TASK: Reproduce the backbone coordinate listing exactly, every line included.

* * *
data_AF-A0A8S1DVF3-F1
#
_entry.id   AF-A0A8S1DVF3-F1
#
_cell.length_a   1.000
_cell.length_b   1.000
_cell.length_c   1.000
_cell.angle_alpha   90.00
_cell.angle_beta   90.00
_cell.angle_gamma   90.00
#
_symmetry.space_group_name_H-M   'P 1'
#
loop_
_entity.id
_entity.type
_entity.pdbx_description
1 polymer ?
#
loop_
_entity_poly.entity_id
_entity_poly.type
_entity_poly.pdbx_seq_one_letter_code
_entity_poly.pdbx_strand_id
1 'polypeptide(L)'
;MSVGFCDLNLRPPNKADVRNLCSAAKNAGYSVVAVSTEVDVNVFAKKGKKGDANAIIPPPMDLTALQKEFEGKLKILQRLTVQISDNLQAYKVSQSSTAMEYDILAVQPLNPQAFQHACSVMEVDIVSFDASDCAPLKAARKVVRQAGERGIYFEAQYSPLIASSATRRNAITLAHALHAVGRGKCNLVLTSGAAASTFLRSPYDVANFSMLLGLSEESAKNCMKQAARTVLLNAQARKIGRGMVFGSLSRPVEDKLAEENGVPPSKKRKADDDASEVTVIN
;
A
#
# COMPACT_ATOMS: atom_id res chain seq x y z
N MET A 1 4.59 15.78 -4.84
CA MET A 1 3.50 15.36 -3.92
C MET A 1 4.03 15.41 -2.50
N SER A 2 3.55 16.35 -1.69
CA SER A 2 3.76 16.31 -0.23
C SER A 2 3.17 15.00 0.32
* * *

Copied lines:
data_AF-A0A8S1DVF3-F1
#
_entry.id   AF-A0A8S1DVF3-F1
#
_cell.length_a   1.000
_cell.length_b   1.000
_cell.length_c   1.000
_cell.angle_alpha   90.00
_cell.angle_beta   90.00
_cell.angle_gamma   90.00
#
_symmetry.space_group_name_H-M   'P 1'
#
loop_
_entity.id
_entity.type
_entity.pdbx_description
1 polymer ?
#
loop_
_entity_poly.entity_id
_entity_poly.type
_entity_poly.pdbx_seq_one_letter_code
_entity_poly.pdbx_strand_id
1 'polypeptide(L)'
;MSVGFCDLNLRPPNKADVRNLCSAAKNAGYSVVAVSTEVDVNVFAKKGKKGDANAIIPPPMDLTALQKEFEGKLKILQRLTVQISDNLQAYKVSQSSTAMEYDILAVQPLNPQAFQHACSVMEVDIVSFDASDCAPLKAARKVVRQAGERGIYFEAQYSPLIASSATRRNAITLAHALHAVGRGKCNLVLTSGAAASTFLRSPYDVANFSMLLGLSEESAKNCMKQAARTVLLNAQARKIGRGMVFGSLSRPVEDKLAEENGVPPSKKRKADDDASEVTVIN
;
A
#
# COMPACT_ATOMS: atom_id res chain seq x y z
N MET A 1 4.59 15.78 -4.84
CA MET A 1 3.50 15.36 -3.92
C MET A 1 4.03 15.41 -2.50
N SER A 2 3.55 16.35 -1.69
CA SER A 2 3.76 16.31 -0.23
C SER A 2 3.17 15.00 0.32